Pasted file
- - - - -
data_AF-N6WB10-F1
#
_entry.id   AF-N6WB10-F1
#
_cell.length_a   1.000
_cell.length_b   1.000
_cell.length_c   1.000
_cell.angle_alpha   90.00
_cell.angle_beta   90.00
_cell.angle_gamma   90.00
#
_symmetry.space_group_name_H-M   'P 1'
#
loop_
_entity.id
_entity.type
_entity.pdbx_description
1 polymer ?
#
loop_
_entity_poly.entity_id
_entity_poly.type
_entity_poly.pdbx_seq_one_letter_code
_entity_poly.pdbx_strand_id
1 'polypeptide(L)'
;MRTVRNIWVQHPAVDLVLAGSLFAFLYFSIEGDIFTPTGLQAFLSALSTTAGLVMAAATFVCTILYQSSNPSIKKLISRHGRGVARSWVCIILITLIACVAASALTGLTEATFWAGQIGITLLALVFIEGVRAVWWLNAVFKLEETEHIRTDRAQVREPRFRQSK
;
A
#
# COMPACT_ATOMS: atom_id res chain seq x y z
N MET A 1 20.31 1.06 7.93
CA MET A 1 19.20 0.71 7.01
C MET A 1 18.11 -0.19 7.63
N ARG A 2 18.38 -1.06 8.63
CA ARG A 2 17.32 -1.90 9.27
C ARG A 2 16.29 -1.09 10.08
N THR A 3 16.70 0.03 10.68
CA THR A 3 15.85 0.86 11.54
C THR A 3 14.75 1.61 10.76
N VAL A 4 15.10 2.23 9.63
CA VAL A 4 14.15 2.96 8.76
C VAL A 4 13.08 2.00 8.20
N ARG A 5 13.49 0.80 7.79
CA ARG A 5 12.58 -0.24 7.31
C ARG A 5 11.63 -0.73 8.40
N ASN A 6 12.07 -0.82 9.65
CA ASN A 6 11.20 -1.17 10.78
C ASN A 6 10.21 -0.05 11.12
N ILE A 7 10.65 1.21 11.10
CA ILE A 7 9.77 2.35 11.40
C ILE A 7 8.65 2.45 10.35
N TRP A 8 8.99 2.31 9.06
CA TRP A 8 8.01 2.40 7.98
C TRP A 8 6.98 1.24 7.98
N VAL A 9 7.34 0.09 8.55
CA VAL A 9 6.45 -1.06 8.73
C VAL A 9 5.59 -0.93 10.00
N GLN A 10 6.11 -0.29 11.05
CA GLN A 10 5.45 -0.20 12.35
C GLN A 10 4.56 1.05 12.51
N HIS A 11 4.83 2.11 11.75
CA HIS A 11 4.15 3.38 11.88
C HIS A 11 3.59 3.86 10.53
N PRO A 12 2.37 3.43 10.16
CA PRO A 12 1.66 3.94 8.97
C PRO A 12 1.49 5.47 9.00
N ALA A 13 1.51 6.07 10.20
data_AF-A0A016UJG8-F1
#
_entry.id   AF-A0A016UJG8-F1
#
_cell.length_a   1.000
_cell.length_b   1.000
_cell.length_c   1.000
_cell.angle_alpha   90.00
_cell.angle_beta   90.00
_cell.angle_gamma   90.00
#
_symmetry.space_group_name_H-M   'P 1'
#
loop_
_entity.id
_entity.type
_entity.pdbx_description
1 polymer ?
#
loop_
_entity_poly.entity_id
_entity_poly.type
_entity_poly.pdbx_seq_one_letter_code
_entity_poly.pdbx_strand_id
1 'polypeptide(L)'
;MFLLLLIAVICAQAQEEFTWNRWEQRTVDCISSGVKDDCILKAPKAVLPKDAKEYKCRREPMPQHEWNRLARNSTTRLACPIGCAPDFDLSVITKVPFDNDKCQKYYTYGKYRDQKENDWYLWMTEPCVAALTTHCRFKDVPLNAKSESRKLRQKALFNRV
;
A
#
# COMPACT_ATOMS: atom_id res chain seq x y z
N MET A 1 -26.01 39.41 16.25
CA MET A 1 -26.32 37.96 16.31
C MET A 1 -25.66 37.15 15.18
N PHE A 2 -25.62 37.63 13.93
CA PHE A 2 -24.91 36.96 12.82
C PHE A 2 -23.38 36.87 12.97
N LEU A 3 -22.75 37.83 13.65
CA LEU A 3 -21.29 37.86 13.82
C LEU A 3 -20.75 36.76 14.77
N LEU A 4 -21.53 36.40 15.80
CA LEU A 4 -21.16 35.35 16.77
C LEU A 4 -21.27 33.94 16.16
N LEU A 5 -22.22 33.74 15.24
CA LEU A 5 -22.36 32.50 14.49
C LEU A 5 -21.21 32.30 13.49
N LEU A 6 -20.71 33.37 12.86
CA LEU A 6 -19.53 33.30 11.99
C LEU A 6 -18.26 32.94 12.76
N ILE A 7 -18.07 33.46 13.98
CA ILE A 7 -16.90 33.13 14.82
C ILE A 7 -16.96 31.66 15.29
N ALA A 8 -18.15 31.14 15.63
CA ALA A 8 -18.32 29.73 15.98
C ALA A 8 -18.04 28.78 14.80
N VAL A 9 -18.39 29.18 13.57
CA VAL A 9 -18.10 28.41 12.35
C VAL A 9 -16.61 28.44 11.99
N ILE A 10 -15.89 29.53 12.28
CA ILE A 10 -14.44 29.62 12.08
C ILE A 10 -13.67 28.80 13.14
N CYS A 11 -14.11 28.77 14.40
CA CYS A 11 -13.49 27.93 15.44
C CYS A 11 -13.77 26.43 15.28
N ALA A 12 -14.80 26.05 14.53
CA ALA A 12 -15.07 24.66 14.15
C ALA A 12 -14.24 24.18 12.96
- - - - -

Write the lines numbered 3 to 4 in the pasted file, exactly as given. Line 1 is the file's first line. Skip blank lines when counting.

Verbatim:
_entry.id   AF-N6WB10-F1
#